“With less inbound tourism coming from China, the personal financial and insurance services would be affected as the protests persist, although I don’t expect the demand for these services to decline significantly. The institutional activities (such as IPOs) are unlikely affected.” - Oxford Economics

“Real estate seems to be already affected by subdued price growth, in some reported cases heavy discounting by agencies, which in turn affects profitability. As for financial and insurance, I think Hong Kong’s reputation of a financial hub will be left intact.” - Moodys

Outlook deteriorates in Hong Kong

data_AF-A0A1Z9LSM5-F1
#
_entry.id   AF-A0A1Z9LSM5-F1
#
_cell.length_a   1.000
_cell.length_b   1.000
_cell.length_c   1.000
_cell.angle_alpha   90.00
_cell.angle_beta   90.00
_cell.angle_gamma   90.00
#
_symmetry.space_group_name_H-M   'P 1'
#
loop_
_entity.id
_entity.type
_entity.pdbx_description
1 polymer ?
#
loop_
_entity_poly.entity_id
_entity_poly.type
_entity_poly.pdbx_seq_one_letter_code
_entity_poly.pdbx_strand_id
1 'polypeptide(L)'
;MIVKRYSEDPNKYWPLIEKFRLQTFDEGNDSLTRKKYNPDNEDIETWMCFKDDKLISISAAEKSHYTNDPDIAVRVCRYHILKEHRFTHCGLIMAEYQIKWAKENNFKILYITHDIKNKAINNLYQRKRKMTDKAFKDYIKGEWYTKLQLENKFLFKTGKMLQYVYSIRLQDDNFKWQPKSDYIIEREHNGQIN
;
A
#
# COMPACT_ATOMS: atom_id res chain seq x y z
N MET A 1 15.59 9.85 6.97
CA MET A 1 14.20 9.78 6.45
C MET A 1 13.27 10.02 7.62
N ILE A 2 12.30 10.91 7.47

\The economy declined notably in the third quarter, as widespread protests undercut domestic demand. Private consumption and fixed investment nosedived, while exports were also down markedly. Turning to the fourth quarter, economic conditions likely remain anemic. The private sector PMI continued to freefall in November as business activity fell at the sharpest pace on record. Moreover, in October, retail sales plummeted to an all-time low; tourist arrivals continued to tumble; and unemployment ticked up to the highest rate since September 2017— boding poorly for household spending. In politics, an overwhelming majority of pro-democracy candidates were elected in the local district council elections in late November. On 4 December, the IMF concluded its Article IV visit. The Fund recommended a notable increase in fiscal stimulus to counter the downturn, mainly by addressing housing supply and income inequality